Cultural Affairs in Translation: A Workshop

This complex and multi-layered history provided the context for “Cultural Affairs in Translation,” the second workshop in the series “Humanities in Cultural Affairs,” which was organized by the Center for Cultural Affairs in the O’Neill School of Public and Environmental Affairs at Indiana University Bloomington, with generous support from the National Endowment for the Humanities. The workshop, which was held on Saturday, November 4, 2023, was preceded by a reception and pop-up display from the Translators Archive at the Lilly Library, on Friday, November 3.

The workshop featured participation by Esther Allen, Professor of Latin American, Iberian, and Latino Cultures, Baruch College; Sean Cotter, Professor of Literature and Translation Studies, University of Texas at Dallas; Rhi Johnson, Assistant Professor of Spanish and Portuguese, Indiana University; and Christopher Merrill, Director of the International Writing Program at the University of Iowa. Approximately fifteen registered participants also took part, including the archive’s founder Breon Mitchell; IU Professor Bill Johnston, whose work is included in the archive; visiting scholar Zofia Ziemann, who was doing research in the archive in Fall 2023 with the help of a grant from the Kosciuszko Foundation; undergraduate students, graduate students, and additional faculty colleagues.

The pre-conference event helped to focus attention on the archive itself, especially through the displayed items in the pop-up exhibit, which included gems from the collections of Michael Henry Heim, Breon Mitchell, Esther Allen, Sean Cotter, Bill Johnston, and a sampling of the authors whose works they have translated, including Milan Kundera, Gunter Grass, Franz Kafka, Norman Manea, and José Manuel Prieto. The workshop discussions ranged widely across topics that included ownership, discovery, research and creativity, institutional precarity, authorship and originality, AI, labor, physicality, memory, and more. Participants agreed that the archive makes possible a unique focus on human interactions, and the networks of connections and relationships that bring artistic texts into being. Towards the end of our discussions, we turned out attention to questions of how to enhance archive’s visibility, and how best to improve access, all while keeping in mind the unique aspects of what a translators archive offers to potential users.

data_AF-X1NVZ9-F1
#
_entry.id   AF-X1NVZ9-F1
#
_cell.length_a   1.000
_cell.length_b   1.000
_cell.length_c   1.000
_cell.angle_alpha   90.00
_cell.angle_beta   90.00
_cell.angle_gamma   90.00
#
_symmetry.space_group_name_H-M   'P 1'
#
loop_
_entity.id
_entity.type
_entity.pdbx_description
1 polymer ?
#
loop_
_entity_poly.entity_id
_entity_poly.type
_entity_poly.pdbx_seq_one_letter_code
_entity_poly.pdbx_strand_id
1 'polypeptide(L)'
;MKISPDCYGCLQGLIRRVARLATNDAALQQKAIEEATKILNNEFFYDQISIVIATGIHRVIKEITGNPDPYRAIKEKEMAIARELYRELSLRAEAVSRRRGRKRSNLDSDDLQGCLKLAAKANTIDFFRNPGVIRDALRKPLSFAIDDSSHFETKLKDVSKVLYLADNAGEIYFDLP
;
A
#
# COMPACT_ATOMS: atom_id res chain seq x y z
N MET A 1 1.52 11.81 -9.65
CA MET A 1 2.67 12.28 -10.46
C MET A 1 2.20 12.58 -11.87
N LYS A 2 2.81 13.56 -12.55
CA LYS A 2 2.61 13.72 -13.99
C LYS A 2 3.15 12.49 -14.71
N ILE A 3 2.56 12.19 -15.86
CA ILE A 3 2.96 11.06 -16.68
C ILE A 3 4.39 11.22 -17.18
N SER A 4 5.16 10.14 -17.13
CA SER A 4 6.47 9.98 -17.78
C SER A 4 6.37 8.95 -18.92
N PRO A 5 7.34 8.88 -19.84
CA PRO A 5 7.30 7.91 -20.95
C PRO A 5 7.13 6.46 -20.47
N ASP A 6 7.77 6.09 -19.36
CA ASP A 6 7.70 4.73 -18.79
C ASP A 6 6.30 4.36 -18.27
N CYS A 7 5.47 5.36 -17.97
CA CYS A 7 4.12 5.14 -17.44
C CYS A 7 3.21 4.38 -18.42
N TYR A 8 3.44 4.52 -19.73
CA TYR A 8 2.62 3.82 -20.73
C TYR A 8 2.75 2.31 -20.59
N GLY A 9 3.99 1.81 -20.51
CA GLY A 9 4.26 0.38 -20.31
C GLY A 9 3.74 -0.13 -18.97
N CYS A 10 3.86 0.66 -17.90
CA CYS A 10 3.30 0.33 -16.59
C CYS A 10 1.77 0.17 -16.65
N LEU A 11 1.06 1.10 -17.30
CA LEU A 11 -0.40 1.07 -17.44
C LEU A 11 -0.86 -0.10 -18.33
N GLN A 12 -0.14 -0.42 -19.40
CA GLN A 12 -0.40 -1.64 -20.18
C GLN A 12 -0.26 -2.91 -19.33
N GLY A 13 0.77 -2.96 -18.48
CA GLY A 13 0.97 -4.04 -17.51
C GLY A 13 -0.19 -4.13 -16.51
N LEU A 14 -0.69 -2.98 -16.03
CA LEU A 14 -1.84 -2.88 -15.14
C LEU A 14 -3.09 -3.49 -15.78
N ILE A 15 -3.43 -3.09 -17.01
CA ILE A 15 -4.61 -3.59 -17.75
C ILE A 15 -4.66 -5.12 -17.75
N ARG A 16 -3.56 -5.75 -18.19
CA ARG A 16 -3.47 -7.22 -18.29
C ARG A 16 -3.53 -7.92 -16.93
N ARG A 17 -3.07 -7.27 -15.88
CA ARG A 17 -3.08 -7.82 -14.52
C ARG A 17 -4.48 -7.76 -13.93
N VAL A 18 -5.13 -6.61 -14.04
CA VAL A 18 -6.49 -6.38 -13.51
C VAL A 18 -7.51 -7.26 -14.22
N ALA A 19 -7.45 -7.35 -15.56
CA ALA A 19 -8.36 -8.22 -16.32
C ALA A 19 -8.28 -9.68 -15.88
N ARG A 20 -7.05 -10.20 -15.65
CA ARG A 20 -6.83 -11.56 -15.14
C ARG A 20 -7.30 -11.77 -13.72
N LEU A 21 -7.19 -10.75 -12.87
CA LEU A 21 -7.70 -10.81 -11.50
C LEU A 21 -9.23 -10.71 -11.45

The Lilly translators archive is characterized most especially by what participant Bill Johnston referred to as “translators’ translators,” which means translators with a primary focus on literary translation, rather than individuals who did some translating “on the side” but whose main work was on something else, literary history, for instance, or their “own” poetry or fiction. A poet’s or novelist’s papers will often be featured in an archive on the basis of that author’s name, in much the same way that the publishing world markets contemporary literature on the basis of authorial image. Translation has historically been a much more hidden activity, and here too the archive plays an essential role in making visible what has tended to be ignored.

Using the Translators Archive